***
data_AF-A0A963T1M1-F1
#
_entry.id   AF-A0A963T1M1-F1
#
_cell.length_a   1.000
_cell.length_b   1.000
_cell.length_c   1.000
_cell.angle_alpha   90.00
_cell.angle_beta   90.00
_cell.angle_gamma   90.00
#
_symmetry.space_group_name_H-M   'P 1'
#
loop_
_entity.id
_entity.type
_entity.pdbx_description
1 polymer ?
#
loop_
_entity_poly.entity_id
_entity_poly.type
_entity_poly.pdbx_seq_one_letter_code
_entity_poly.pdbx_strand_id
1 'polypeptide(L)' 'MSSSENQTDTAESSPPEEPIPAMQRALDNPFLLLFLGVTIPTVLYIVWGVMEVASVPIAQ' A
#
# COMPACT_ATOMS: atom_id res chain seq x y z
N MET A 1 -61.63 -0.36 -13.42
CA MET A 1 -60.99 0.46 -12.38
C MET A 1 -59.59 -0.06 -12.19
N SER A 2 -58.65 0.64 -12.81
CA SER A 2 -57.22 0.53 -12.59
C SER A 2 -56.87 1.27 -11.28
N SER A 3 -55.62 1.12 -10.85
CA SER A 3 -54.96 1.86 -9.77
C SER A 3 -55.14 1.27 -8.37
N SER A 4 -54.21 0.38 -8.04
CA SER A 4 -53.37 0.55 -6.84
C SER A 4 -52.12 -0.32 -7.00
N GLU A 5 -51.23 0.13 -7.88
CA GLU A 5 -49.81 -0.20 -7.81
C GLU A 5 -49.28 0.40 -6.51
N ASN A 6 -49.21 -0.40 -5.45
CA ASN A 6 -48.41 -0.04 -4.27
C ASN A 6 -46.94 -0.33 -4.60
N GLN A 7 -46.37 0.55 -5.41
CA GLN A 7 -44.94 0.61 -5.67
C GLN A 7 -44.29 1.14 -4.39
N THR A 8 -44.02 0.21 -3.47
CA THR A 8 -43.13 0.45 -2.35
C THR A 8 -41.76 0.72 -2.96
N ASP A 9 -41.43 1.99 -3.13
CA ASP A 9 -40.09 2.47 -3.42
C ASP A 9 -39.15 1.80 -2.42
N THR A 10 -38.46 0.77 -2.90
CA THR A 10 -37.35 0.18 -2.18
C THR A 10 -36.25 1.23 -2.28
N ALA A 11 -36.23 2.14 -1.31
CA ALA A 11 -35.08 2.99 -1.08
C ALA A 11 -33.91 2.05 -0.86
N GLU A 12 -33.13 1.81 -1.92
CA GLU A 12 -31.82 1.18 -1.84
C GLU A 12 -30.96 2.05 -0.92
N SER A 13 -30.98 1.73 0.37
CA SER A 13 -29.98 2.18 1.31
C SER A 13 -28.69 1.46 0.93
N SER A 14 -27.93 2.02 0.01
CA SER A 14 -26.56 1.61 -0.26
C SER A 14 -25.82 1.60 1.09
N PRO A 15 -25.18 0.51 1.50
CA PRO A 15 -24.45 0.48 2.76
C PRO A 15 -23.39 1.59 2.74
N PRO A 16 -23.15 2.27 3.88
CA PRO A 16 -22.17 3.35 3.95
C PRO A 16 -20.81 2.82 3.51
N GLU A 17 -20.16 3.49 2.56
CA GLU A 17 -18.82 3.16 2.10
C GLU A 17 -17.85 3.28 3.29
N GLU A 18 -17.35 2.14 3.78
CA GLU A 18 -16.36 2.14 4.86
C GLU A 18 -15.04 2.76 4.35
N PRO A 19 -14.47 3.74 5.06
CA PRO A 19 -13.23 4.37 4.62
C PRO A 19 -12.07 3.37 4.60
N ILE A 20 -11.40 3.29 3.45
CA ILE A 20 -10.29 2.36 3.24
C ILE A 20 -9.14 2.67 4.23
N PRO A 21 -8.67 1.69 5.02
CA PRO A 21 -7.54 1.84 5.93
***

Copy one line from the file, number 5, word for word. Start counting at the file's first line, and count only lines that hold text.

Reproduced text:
_cell.length_a   1.000